Nature
Baker, William J.  “Charles Kingsley in Little London,” Colorado Magazine Vol. 45 (1968): 187-203.
In this illustrated article Baker discusses Kingsley’s trip to America and his sojourn in Colorado Springs in 1874.  Kingsley’s connection with and interest in this town stemmed from his son Maurice, who worked there as a railway engineer, and from his daughter Rose, who visited there in 1871-72.  After sketching the English community and the pervasive anglophilia of Colorado Springs, Baker provides a brief account of Kingsley’s visit there where he was particularly impressed by the natural beauties of the Pike’s Peak region.

America; Colorado Springs; Nature.
 

Beer, Gillian.  “Charles Kingsley and the Literary Image of the Countryside,” Victorian Studies Vol. VIII, No. 3 (March 1965): 243-254.
Beer argues that Kingsley’s genuine love and appreciation of nature and the countryside were combined with an understanding of the frequently difficult lot of the country poor.  He eschewed any aesthetic of landscape which ignored the plight of its inhabitants. Kingsley’s “point is that the starving and sick cannot savour beauty, and that the country poor require help if their life is to become anything better than a mockery of pastoralism” (248).

Nature; Country Poor.
 

Hawley, John C., S. J.  "Charles Kingsley and the Book of Nature," Anglican and Episcopal History Vol. 61, No. 4 (December 1991): 461-479.
Hawley examines Kingsley as natural theologian and his views on the “meaning” of nature.  He discusses Kingsley’s attempt to bridge the ever widening gap between the claims of science and religion and to establish a vocabulary that would be intelligible to and supportive of both fields.  In this respect he provides a comparison of Kingsley’s views on the theological beliefs of and the search for meaning in Arnold, Huxley, and Darwin.  Kingsley’s aim, according to Hawley, “was to circumvent fears and cynicism, and to move his readers into a world of scientific endeavor and Christian cooperation.  In choosing the commitment of faith over strict empiricism he became for many, in an age of increasing dichotomy between the realms of science and religion, a model of a Christian who hoped that the truths of both would ultimately coalesce” (479).

Nature; Science; Religion; Natural Theology; Arnold, Matthew; Huxley; Darwin.
 

Henkin, Leo J.  Darwinism in the English Novel 1860-1910: The Impact of Evolution on Victorian Fiction (New York: Russell & Russell, 1963).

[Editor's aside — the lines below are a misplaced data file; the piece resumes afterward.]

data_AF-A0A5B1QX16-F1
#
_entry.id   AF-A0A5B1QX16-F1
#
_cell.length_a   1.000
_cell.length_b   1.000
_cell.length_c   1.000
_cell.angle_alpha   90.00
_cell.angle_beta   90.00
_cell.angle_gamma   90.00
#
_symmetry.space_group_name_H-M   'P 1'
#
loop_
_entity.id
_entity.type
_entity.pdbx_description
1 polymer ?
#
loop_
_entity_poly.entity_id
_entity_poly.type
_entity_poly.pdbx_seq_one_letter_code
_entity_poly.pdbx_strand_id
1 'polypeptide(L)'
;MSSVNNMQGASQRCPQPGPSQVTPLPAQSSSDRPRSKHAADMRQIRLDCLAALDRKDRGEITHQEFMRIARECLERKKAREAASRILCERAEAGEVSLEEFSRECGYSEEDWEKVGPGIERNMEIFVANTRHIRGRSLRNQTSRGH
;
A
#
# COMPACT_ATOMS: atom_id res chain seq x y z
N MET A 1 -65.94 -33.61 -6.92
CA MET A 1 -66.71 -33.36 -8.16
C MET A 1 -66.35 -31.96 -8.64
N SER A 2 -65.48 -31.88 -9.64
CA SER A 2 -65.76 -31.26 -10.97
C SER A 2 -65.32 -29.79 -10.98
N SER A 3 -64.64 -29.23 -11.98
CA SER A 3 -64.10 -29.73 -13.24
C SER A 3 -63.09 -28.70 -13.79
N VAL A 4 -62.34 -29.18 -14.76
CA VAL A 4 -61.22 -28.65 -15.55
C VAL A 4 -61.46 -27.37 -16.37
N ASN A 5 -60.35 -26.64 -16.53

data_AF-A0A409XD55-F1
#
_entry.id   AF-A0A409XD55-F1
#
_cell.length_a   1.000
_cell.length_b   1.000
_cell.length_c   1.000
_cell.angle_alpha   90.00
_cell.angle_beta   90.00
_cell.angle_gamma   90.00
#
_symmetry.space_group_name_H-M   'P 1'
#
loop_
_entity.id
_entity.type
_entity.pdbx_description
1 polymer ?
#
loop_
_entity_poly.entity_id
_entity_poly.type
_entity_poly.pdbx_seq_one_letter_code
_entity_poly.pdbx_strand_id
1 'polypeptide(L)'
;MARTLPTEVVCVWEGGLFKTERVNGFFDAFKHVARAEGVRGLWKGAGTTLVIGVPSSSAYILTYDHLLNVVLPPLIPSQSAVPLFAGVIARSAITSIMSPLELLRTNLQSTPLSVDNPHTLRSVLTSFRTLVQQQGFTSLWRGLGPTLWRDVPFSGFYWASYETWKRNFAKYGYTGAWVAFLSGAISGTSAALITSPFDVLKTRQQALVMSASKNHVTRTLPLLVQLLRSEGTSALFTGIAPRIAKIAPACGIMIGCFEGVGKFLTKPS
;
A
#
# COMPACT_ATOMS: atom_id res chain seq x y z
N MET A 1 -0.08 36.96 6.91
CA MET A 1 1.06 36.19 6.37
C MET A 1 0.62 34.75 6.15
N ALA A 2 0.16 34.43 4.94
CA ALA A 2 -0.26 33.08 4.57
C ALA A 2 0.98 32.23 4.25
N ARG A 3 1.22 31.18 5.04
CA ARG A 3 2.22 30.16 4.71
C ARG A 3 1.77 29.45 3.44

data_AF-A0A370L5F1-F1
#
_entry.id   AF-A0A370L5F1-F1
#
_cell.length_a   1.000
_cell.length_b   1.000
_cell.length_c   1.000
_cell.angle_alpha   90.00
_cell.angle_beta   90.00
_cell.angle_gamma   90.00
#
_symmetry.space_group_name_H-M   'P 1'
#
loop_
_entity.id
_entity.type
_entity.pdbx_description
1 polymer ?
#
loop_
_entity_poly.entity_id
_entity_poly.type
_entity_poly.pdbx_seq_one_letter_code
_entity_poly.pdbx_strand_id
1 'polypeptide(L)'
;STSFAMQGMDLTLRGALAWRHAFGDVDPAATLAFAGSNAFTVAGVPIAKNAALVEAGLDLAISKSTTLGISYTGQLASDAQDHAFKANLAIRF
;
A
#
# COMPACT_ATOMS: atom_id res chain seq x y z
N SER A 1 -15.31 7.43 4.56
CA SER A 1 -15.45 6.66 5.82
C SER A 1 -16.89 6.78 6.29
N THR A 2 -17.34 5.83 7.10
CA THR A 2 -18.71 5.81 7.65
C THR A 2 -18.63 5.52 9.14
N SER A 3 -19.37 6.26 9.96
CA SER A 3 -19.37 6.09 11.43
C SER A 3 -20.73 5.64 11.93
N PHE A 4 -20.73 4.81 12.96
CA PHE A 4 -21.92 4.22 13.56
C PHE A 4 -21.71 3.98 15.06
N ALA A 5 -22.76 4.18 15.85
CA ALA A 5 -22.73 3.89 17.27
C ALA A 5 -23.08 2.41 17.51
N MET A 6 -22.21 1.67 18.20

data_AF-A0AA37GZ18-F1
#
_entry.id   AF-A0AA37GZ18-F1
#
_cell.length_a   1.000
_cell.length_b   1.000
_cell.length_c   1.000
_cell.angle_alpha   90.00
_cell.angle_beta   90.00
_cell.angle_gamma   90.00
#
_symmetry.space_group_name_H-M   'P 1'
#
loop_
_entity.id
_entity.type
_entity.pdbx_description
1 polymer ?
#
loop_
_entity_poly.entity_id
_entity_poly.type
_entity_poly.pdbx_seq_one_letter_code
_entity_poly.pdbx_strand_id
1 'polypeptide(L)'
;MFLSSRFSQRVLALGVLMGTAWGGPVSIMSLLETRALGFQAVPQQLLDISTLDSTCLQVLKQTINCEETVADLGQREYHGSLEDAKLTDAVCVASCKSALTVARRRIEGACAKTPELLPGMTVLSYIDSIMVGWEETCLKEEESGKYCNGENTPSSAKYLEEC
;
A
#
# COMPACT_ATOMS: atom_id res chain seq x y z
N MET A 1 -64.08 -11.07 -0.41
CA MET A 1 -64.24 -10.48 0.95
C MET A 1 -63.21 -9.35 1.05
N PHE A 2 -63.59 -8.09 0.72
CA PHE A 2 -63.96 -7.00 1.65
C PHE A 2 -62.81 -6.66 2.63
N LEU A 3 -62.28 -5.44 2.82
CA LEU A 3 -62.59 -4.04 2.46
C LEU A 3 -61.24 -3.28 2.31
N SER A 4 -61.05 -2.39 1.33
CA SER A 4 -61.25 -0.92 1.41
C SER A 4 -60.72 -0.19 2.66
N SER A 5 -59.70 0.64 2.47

For Kingsley the Bible and science were compatible.  He welcomed Darwin’s theories which rendered Nature and all about him more full of divine significance than ever before.  While Kingsley reverenced Nature, “he reverenced more the will that is above Nature.  His reverence for Nature was not antagonistic, but paid homage to his faith in the supernatural” (146).

Science; Religion; Darwin; Nature.
 

Muller, Charles H.  “Spiritual Evolution and Muscular Theology: Lessons from Kingsley’s Natural Theology,” Studies in English Vol. 15 (March 1986): 24-34.
Kingsley’s understanding of the relationship between science and religion is quite straightforward according to Muller.  The natural world for Kingsley everywhere reveals the work of God; everything physical is but a reflection of the Eternal Realities.  The work of the scientist is essentially a glorification of the Creator.  “As a religious thinker, Kingsley was deductive and intuitive in his logic; as a scientific thinker, he was inductive, seeing the infinite in the finite, or maxima in minimis, as exemplified by the wonders of creation in so lowly a creature as the spider-crab.  In seeing the divine mirrored in a pebble or spore, however, he was combining a scientific and religious vision of life –   uniting the function of the microscope and the telescope, as it were” (31).

Science; Religion; Nature; Natural theology; Glaucus.
 

Prickett, Stephen.  “Adults in Allegory Land: Kingsley and MacDonald,” in his Victorian Fantasy (Bloomington: Indiana University Press, 1979): 150-197.
Prickett provides a lengthy examination of The Water-Babies comparing and contrasting it with several allegorical fantasies of George MacDonald.  Among other topics, he discusses the extent to which Kingsley was influenced by Wordsworth regarding his view of nature and his attitude to childhood, as well as by Rabelais.  He also examines Platonism, religion, evolution, and the nature of allegory in The Water-Babies.  Prickett declares that Kingsley and MacDonald have quite distinct mental sets.  “Kingsley, the botanist, marine biologist and historian is fascinated by every minute detail of this world; ‘other’ worlds are constructs – telling us yet more about this.  MacDonald is a temperamental Platonist, only interested in the surface of this world for the news it gives him of another, hidden reality, perceived, as it were, through a glass darkly” (193).

The Water-Babies; MacDonald, George; Rabelais; Wordsworth; Nature; Children; Religion; Plato; Evolution.

 

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